World Press Freedom Day
Journalists in the firing line, worldpressfreedomday.org
As they investigate sensitive issues, unveil disturbing truths and question policies, journalists find themselves in the firing line of those directly or indirectly exposed by their reports.Facing harassment, threats of violence and physical retaliation, journalists across the world continue to dig out troubling facts, challenge the status quo and expose those who commit crimes. Day after day, journalists investigate and file reports on issues they know they could be sued or killed for. Many pay the price. On World Press Freedom Day, the World Association of Newspapers will present the story of many journalists whose work upsets and can sometimes undo the powerful. What do they report on, how and at what price?
The 9 secrets of great headline writing, Cyberjournalist.net
Finally, someone makes hyperlocal pay, Reflections of a Newsosaur
Our community network model consists of two products – branded web sites we call VillageSoup and separately branded weekly newspapers. We have four newspapers in Rockland, Belfast, Bar Harbor and Augusta. And each one has its own VillageSoup website.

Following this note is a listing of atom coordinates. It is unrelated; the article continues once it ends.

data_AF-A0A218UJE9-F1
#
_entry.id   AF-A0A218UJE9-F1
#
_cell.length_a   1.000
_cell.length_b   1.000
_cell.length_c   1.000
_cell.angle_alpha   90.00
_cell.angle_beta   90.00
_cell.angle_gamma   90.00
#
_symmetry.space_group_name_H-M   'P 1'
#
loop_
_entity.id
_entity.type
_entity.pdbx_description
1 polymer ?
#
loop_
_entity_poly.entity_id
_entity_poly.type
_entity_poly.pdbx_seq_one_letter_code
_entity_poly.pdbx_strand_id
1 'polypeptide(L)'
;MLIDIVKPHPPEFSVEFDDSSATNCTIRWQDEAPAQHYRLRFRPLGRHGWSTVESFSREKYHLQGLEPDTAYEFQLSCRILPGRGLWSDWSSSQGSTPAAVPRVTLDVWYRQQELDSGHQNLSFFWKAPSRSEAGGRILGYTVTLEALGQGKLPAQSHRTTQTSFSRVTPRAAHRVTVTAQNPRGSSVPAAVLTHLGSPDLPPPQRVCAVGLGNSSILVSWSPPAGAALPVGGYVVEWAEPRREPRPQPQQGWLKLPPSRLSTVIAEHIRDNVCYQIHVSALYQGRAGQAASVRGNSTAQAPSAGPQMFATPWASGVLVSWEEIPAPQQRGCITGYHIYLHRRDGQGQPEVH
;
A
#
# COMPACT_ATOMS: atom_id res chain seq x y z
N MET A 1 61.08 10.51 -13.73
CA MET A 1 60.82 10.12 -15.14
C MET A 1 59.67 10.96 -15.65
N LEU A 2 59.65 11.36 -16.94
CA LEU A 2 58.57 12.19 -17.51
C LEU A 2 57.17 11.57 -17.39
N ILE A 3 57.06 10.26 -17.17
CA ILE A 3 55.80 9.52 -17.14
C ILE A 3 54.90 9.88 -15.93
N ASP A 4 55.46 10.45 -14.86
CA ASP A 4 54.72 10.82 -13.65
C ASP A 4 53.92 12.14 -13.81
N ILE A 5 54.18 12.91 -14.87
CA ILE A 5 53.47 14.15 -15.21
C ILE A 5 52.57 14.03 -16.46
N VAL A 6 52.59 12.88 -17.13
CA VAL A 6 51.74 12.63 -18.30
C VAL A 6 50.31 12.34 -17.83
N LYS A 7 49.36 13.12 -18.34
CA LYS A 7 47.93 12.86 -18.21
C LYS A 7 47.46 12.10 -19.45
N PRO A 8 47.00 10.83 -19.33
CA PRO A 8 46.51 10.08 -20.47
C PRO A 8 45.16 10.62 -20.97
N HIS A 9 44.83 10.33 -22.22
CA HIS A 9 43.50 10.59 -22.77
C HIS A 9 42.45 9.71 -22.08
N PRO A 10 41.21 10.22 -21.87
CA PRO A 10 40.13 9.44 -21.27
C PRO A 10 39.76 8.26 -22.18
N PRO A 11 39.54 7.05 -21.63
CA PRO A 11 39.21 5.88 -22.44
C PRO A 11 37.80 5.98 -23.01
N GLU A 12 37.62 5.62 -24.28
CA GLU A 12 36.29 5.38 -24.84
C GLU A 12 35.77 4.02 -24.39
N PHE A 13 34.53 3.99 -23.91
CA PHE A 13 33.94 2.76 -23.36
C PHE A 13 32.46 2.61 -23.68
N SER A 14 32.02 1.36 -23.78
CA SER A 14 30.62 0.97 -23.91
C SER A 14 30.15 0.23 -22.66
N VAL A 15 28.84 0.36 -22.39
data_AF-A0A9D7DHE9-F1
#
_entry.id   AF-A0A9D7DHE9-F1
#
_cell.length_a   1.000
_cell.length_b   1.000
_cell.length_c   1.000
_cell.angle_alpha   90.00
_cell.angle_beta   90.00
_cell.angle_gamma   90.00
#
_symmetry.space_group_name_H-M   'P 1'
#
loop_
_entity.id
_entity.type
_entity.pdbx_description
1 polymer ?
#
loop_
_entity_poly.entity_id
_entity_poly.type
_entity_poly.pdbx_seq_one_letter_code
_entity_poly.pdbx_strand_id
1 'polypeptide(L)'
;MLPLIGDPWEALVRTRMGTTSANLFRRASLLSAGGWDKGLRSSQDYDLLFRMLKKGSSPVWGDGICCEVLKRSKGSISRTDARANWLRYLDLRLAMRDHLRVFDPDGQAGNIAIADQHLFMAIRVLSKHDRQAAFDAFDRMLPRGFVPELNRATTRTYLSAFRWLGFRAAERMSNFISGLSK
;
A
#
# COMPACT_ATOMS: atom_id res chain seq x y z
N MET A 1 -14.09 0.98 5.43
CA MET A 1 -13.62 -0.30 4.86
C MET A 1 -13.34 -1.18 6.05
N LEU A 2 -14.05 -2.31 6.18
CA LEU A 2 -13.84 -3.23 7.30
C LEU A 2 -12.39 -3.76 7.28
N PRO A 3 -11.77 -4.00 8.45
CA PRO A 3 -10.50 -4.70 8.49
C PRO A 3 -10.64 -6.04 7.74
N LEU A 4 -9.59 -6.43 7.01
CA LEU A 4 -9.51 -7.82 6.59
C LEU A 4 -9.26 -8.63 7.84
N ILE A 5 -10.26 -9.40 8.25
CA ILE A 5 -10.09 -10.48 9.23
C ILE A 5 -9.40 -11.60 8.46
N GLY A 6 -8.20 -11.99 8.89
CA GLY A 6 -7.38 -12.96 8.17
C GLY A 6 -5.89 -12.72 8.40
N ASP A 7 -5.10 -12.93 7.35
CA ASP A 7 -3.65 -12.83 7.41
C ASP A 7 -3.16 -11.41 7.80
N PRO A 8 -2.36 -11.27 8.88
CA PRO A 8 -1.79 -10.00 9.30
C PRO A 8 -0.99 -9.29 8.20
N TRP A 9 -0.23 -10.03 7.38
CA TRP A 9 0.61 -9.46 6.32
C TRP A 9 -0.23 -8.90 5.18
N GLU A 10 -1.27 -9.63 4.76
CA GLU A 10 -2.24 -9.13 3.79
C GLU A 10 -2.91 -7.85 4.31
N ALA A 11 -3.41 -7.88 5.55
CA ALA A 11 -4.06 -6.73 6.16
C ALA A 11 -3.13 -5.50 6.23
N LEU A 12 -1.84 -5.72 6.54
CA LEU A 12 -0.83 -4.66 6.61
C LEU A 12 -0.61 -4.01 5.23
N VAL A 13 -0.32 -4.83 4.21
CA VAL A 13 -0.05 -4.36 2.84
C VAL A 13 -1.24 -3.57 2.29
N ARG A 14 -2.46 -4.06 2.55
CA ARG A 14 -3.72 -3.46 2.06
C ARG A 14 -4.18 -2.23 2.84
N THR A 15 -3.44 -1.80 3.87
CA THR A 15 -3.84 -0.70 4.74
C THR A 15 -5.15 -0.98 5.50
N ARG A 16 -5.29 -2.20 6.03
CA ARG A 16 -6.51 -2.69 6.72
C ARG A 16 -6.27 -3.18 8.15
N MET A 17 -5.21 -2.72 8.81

Our community network model began in1997 as an online publication. In 2003, we introduced two weekly papers-of-record to compete with four legacy weeklies. In 2008, we acquired the weeklies, which each were 100 years old.
Our products enhance each other. Professional journalists report news as it happens on the website. Weekly, this news is contextualized, analyzed and printed in the newspaper. Citizens and businesses post timely news and information online and many of their posts also appear in the paper. And two-thirds of our web sites’ front pages are filled with citizen and business posts. We call them, “Neighbors growing together.” Our community networks are the trusted source of news and views.
Advice from the Pros to Journalism Graduates, Alfred Hermida – MediaShift
At the recent International Symposium on Online Journalism at the University of Texas at Austin, I asked a range of professionals what advice they had for journalism graduates entering the job market.
There was broad agreement that students should leave journalism school being able to work across print, broadcast and online. At the very least, they should understand the new tools available to reporters and be continually learning.
As one professional said, school is just the beginning of learning. At the core is good writing and reporting, regardless of the medium. But to stand out from the crowd, journalism graduates should follow their passions, develop an area of specialization and master that area.
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Novo Livro de Lawrence Lessig Livre na Rede!, Pós-Estranho